Next I try a truck stop about 10 minutes away that I locate using my GPS. I call ahead and they’ll let me park overnight but when I arrive there are already so many trucks there that there’s no room for me. Now I need to come up with a Plan C.
Cracker Barrel to the rescue. On the same exit as the truck stop just a little further on is the Cracker Barrel that I’ve eaten at twice now with other ren fest cast members after rehearsal. Behind the restaurant they have three long parking spots labeled especially for RVs, what a welcome sight. One is occupied by an older Class A, and I wonder if they’re going to be working at GARF too. The campground on site that I’ll be staying at doesn’t open until noon tomorrow, hence having to find my own accomadations tonight.
After 1:30 am I’m woken from my sleep when Julie arrives, she had to drive up from Bluffton after getting out of work at 8:30. Other than that, I sleep soundly, there’s less noise here than there would have been at either Walmart or a truk stop.
Dress rehearsal starts at 9 am. Julie and I manage to be dressed and there at 9:20 am. The rehearsal goes well, the grounds look beautiful, the porta-poties have finally all arrived (!), and there are a lot of people I’ve never seen before buzzing about getting things ready. I never realized just how much work goes into getting a renaissance festival off the ground. The street cast has a light pot luck lunch and we break a bit early, around 4:30 pm, congratulating each other on making it through rehearsals. Next weekend the show starts for real, it’s exciting and scary at the same time!
The temperature has climbed into the mid 80’s, I think it followed me up from Florida, and I’m hot, sweaty, and tired, but there is still work to do. We take Julie’s car back to Cracker Barrel to pick up Bertha and Cas, the manager on duty was kind enough to let me keep the rig parked there in the lot all day while we were at rehearsals. As repayment we have dinner there before driving off and I swear it’s the best tasting chicken I’ve had in a long time, although that may be all the hard work followed by getting to cool off in the air conditioning talking.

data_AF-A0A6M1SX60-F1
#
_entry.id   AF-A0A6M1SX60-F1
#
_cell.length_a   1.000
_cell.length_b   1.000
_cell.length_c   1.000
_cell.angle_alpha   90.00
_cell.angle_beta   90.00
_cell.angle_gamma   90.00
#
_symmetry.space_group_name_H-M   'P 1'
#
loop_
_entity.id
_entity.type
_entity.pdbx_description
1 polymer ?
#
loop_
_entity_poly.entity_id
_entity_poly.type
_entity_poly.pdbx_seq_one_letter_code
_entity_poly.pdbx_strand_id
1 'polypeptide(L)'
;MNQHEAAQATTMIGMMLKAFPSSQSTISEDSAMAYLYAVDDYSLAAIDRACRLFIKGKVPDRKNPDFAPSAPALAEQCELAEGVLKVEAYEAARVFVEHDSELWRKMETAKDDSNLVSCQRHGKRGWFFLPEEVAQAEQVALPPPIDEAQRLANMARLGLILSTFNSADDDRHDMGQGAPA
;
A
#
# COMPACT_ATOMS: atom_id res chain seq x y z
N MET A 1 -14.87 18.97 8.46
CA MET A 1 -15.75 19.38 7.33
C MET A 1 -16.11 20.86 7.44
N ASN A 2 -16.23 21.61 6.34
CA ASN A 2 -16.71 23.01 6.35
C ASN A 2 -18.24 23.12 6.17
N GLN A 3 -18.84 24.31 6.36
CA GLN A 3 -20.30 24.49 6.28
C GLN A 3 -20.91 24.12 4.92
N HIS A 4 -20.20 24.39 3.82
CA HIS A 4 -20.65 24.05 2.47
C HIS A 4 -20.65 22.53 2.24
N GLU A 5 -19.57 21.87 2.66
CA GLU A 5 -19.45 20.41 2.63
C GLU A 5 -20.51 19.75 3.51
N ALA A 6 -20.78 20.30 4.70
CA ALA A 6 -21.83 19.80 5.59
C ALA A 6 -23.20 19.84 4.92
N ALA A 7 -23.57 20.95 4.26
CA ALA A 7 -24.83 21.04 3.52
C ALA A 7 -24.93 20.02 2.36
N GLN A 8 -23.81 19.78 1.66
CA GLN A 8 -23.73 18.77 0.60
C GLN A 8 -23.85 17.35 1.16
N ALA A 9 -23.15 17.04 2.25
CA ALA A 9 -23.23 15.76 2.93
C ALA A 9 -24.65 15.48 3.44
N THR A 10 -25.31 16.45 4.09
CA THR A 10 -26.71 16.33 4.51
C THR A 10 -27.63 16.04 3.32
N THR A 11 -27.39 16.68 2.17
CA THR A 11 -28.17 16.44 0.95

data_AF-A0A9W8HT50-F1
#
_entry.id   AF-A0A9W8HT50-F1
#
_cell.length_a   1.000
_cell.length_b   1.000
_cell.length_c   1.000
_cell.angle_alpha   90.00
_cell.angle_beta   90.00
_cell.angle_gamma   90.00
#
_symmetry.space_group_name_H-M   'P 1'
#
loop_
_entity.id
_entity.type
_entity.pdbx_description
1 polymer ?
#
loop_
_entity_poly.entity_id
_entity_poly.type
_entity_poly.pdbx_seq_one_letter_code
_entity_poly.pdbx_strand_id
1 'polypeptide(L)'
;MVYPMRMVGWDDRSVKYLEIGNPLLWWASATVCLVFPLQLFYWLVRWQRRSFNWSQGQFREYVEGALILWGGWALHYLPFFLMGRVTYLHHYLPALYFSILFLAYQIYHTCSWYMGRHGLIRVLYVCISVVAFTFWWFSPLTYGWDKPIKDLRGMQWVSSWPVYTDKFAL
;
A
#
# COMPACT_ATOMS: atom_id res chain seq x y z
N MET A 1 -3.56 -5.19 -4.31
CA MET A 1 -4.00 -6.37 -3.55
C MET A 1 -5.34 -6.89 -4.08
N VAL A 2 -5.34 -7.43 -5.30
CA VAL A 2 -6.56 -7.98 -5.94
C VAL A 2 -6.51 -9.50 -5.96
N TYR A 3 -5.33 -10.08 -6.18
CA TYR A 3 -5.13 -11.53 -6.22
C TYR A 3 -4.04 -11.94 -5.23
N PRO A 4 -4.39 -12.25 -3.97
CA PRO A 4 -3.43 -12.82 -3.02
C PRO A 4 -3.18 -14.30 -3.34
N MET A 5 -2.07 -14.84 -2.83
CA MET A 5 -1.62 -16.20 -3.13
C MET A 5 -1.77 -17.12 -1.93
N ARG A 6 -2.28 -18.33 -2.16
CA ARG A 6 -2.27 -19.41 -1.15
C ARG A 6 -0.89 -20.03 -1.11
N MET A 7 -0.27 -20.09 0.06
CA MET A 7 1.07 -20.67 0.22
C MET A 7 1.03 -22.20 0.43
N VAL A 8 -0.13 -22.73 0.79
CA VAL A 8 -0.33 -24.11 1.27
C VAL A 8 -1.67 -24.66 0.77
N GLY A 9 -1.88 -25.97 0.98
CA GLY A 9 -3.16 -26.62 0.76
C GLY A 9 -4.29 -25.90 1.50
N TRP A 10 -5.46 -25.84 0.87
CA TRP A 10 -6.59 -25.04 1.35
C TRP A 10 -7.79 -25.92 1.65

Then it’s time to get Cas set up.
The campground I’m staying in is located on the festival site, it doesn’t have an official name and you won’t find it on a map. It’s for fest employees only and is only open for these eight weeks. Like the OSBS, it’s private property so if any of you would like to visit while I’m in Fairburn you’ll need to e-mail or message me and let me know and we’ll work out a meeting place because you can’t just drive in and say hello. It’s a much different experience than my last campground, but I’ll be writing more about that at a later date.
Just as I’m getting the electric plugged in, one of my neighbors comes over and introduces himself. Tom and Amanda have been full-time RVers for nine years, they travel the festival circuit running their book shop and have been driving the last six days to get here from the Arizona festival. Another booth worker named Xander joins us shortly, he’s new to GARF this year and the three of us give him a tour of the site. Tom lets Julie and I know that this is a very social festival and we should have no problems finding things to do during the week. They prove this point later in the evening by inviting us out to Mr. Fuji, which they claim has the best sushi they’ve tasted in the country, a pretty tall claim but then again they do travel a lot.
I can’t say whether it’s the best in the country or not, but safe to say it’s the best I’ve had so far. I could probably devote a whole blog post to the greatness of that meal, but as this is already getting long it’ll wait for another day. I do plan to go back again with Tom and Amanda and try more things, and I’ll report then. For now it’s time to sleep as it’s been another busy day.